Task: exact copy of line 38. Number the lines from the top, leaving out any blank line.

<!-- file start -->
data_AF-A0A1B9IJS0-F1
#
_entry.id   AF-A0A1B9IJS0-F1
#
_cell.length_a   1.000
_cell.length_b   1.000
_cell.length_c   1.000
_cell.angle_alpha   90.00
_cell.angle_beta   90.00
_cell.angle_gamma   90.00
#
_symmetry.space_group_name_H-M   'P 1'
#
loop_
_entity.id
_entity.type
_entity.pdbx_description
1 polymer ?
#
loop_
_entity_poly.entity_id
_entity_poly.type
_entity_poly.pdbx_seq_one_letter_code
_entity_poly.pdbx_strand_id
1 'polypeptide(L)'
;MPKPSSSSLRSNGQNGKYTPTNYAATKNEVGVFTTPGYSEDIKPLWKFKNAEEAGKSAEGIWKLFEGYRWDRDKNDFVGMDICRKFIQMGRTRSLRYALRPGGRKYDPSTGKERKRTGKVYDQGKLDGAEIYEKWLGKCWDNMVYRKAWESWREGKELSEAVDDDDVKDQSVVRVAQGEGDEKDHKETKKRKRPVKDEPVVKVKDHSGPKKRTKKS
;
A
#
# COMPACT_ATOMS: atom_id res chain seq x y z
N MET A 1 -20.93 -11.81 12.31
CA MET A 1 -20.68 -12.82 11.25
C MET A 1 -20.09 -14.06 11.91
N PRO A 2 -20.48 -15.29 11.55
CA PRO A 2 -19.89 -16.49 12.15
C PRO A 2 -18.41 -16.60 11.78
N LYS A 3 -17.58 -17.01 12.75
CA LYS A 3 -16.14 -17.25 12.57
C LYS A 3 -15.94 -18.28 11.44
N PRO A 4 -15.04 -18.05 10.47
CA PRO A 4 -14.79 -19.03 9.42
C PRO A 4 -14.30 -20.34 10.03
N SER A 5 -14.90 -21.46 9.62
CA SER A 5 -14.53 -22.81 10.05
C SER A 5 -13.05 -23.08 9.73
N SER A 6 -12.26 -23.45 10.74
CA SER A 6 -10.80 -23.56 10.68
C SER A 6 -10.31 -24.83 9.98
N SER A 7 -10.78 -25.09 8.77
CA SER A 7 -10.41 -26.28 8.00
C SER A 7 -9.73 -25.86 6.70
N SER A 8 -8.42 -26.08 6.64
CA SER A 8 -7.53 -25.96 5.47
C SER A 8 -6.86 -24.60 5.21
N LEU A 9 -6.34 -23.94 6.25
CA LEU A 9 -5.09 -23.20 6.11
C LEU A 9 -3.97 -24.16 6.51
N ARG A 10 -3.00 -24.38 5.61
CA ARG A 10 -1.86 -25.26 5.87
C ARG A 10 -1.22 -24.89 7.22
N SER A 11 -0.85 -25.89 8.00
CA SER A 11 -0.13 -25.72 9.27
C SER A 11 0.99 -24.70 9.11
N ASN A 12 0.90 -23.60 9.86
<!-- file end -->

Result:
CA LYS A 3 -16.14 -17.25 12.57